The startup has distinguished itself with canny marketing, preferring the term ‘pre-loved’ to secondhand, and carries the familiar aesthetic of popular platforms Pinterest and Instagram, complete with a feed of photos, likes and comments.
Since opening in 2008, Vinted has expanded to the US and seven different European markets, and is becoming a major presence on mobile. The constant desire to refresh your wardrobe and barter your way to a vintage top makes it a uniquely compulsive shopping experience, and more of a community than a B2C e-commerce site.
Latest funding round: kr160m (~$19.5m)
The only company amongst Europe’s tech startup elite that isn’t pitching a digital service or platform, poLight have carved themselves a slice of the lucrative mobile phone business: specifically, the camera lens. Given the myriad different Android variants, an emerging Chinese market and the two cameras becoming almost a bigger feature in phones than the ability to call people, the growth potential here is huge.
And Carl Zeiss is perhaps the only name currently associated with a quality camera, despite the fact that it’s more often poor software configuration that scuppers a phone’s photo quality. Building a portfolio of quality hardware and pushing the brand could make poLight a huge offbeat success story.
Latest funding round: $8m
There’s a distinct feeling amongst language learners that the best methods for teaching haven’t been exhausted. Enter Lingvist: a new approach from an Estonian company based on big data and algorithms. The software chooses the vocabulary it teaches you based on the words people actually use, rather than the overly formal language of most legacy software.
It also promises an adaptive approach that will teach words differently based on how quickly the user absorbs them. With the continuing pace of globalisation and hectic lifestyles making tutoring more difficult, there is plenty of room for new linguistic software to exploit, and Lingvist’s expansion from French and English into Russian, Spanish, German and Portuguese will put it in a prime position.
Latest funding round: $6.71m
Competing with Google on software development would seem like a hiding to nothing. But in the emerging field of autonomous or ‘self driving’ vehicles, creative solutions can pip sheer manpower.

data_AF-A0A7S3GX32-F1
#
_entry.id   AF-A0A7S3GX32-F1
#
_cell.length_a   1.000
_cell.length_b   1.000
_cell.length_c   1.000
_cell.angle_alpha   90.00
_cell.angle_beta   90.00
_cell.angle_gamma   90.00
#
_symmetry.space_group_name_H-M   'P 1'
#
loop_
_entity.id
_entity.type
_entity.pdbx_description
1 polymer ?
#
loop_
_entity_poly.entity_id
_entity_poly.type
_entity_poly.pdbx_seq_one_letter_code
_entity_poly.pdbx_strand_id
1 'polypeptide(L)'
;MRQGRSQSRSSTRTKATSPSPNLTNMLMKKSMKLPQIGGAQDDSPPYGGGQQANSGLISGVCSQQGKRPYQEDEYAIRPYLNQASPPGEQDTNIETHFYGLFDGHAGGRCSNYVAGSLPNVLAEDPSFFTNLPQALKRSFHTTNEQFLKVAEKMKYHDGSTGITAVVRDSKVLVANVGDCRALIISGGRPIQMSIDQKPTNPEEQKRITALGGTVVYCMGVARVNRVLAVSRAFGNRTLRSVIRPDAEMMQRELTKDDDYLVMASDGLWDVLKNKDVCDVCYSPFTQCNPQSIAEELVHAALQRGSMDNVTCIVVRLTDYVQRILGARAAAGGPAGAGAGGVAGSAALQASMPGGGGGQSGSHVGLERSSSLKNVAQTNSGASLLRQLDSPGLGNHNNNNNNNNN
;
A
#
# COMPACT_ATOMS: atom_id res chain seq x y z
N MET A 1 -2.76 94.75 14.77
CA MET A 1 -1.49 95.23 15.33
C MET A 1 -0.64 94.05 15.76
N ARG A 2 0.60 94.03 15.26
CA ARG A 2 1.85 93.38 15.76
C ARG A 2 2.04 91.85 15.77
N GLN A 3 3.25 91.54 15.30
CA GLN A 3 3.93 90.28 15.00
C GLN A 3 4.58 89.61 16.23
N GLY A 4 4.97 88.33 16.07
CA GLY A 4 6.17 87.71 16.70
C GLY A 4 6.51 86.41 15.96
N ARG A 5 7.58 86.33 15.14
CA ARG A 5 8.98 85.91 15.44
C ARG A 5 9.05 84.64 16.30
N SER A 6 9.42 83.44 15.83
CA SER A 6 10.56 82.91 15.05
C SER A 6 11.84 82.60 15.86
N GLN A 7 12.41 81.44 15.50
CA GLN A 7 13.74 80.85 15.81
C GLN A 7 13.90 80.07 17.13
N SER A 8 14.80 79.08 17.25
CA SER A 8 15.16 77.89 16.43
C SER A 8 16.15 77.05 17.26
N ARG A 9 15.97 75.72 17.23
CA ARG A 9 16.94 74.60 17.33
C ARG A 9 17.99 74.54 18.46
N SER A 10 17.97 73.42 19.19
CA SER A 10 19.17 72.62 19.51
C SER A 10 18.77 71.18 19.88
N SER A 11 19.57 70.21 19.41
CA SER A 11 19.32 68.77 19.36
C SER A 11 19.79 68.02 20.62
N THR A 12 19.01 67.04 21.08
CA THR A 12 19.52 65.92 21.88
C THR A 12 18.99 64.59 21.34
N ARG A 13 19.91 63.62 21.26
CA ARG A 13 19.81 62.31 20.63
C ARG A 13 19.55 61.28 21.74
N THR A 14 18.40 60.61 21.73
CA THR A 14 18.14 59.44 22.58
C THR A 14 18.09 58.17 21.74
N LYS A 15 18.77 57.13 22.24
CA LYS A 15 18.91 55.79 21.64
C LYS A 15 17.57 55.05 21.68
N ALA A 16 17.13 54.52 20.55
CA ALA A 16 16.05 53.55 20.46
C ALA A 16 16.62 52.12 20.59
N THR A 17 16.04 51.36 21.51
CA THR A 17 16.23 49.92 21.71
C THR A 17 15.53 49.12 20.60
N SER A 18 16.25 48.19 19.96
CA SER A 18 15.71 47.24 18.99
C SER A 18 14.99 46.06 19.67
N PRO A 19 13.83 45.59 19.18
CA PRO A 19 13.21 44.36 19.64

Based in car capital Germany but working from its Hungarian parent company’s offices, AdasWorks is looking to utilise developments in low power, high performance computer chips to run multiple car systems in tandem.
This combination of numerous sensors and functions promises to provide more data for instant analysis, enabling an autonomous car to make crucial decisions more quickly than a human being.
Given the existing dangers of driving and the hesitation around trusting computers, the stakes are high and the prospects are long term. But the possibility that this technology will dominate the car industry in future has clearly made this an extremely enticing gamble.
Latest funding round: $2m
Google and Amazon stand as proof that people don’t mind monopolies if the service is good. But for all their algorithms, search engines aren’t always best equipped to deal with the complexities of hundreds of languages.
This is apparently a particular problem in Albania, where not only was there no effective search engine, but much of the pertinent information to Albanians hadn’t even been digitised. Gjirafa is part search engine and part social movement, helping the country to get online by cataloguing its businesses and venues for public record.
It’s a noble effort and a sound business strategy, as well as a reminder that local businesses will always have a leg up on even the biggest competitors. Take Yahoo’s Japanese division, where site-building tool Geocities is still active, and the search engine is the country’s largest. Some things are beyond explanation.
Author: As the founder of Open A European Company.com, Heather Landau knows European startups. With a total of 25 years combined experience in international marketing and business development, Heather is a leading authority on starting a business in Europe, and operates similar company formation services in the US and the rest of the world.
Prior to SAAC, Heather worked in the IT research industry, selling research solutions to the likes of Hewlett Packard, IBM, Microsoft and Intel, as well as information providers Reuters. On top of her knack for helping SMEs develop into the USA, Australia and Europe, Heather holds a BA (Hons) in Modern Languages (French/Italian), and is conversational in German and Spanish.